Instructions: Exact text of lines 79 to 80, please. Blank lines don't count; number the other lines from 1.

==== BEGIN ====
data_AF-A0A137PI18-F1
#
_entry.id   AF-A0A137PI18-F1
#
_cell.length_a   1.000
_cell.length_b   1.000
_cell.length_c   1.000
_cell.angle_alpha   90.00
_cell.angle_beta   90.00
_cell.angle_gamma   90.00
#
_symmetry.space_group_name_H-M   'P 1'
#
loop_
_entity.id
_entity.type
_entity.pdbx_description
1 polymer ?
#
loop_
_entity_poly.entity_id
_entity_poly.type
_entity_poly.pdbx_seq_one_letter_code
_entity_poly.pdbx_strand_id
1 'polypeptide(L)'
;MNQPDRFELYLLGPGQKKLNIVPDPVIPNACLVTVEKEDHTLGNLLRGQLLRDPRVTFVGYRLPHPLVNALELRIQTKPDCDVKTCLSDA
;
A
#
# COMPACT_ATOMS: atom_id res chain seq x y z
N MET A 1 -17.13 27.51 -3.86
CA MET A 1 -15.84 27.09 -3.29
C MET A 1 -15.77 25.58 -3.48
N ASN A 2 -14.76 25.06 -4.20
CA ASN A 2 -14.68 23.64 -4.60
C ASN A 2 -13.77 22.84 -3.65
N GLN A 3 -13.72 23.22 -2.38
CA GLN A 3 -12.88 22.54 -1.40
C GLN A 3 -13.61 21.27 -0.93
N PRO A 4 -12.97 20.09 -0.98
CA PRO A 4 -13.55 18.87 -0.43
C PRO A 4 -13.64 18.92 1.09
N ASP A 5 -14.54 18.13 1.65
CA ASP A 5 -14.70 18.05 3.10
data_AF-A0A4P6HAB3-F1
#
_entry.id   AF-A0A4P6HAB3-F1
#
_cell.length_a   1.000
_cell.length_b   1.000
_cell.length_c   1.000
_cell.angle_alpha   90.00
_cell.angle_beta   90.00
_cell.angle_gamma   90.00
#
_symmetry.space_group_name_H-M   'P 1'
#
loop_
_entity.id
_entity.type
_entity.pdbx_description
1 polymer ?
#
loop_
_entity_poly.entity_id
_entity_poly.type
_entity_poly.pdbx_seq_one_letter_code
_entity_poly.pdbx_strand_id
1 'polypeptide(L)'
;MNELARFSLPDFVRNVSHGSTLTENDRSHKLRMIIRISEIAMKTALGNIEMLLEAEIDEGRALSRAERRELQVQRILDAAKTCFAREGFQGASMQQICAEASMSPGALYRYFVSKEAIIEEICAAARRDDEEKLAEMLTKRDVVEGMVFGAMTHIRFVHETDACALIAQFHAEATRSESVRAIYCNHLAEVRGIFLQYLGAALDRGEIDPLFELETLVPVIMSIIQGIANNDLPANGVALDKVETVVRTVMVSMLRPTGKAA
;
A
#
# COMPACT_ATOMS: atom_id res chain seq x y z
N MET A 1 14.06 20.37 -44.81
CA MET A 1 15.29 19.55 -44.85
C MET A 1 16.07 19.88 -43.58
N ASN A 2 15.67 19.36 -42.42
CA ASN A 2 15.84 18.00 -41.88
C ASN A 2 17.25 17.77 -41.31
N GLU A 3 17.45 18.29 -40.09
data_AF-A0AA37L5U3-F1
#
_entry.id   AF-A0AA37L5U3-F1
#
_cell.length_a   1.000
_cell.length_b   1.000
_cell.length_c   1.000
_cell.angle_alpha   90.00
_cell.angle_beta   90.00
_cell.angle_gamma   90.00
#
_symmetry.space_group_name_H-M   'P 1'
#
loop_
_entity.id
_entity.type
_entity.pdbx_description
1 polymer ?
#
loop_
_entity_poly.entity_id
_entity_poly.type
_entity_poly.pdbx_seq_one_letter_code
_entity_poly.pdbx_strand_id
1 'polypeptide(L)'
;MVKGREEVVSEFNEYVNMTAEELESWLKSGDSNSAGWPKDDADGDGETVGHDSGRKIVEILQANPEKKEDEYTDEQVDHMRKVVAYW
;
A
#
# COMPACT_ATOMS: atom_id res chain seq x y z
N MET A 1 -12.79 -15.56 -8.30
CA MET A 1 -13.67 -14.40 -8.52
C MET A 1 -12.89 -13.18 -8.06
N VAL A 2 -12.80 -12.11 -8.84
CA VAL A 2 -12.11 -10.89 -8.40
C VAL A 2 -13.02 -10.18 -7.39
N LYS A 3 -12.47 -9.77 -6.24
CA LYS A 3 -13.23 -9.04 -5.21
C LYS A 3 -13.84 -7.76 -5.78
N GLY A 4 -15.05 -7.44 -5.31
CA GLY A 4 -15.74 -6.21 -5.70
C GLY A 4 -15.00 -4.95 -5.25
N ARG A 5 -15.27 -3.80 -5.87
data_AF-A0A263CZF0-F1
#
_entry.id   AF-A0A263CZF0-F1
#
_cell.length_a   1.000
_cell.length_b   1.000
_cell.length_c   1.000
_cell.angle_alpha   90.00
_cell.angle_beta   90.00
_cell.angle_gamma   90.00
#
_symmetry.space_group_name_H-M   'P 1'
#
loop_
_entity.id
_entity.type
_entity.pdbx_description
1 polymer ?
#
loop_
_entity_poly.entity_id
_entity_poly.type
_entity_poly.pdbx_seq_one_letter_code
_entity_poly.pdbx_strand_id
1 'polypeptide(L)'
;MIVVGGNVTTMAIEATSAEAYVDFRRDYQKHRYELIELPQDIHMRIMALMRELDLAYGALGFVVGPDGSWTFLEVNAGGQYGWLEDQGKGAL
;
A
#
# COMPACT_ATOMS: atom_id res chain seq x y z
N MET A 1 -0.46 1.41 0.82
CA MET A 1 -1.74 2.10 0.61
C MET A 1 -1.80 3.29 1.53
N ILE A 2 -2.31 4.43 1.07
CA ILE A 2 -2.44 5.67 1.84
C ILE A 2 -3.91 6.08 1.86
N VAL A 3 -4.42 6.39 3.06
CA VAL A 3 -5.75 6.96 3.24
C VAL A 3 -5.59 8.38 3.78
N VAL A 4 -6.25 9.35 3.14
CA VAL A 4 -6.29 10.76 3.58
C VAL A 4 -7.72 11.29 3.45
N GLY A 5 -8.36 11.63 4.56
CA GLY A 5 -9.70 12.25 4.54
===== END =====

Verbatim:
CA ASN A 2 15.84 18.00 -41.88
C ASN A 2 17.25 17.77 -41.31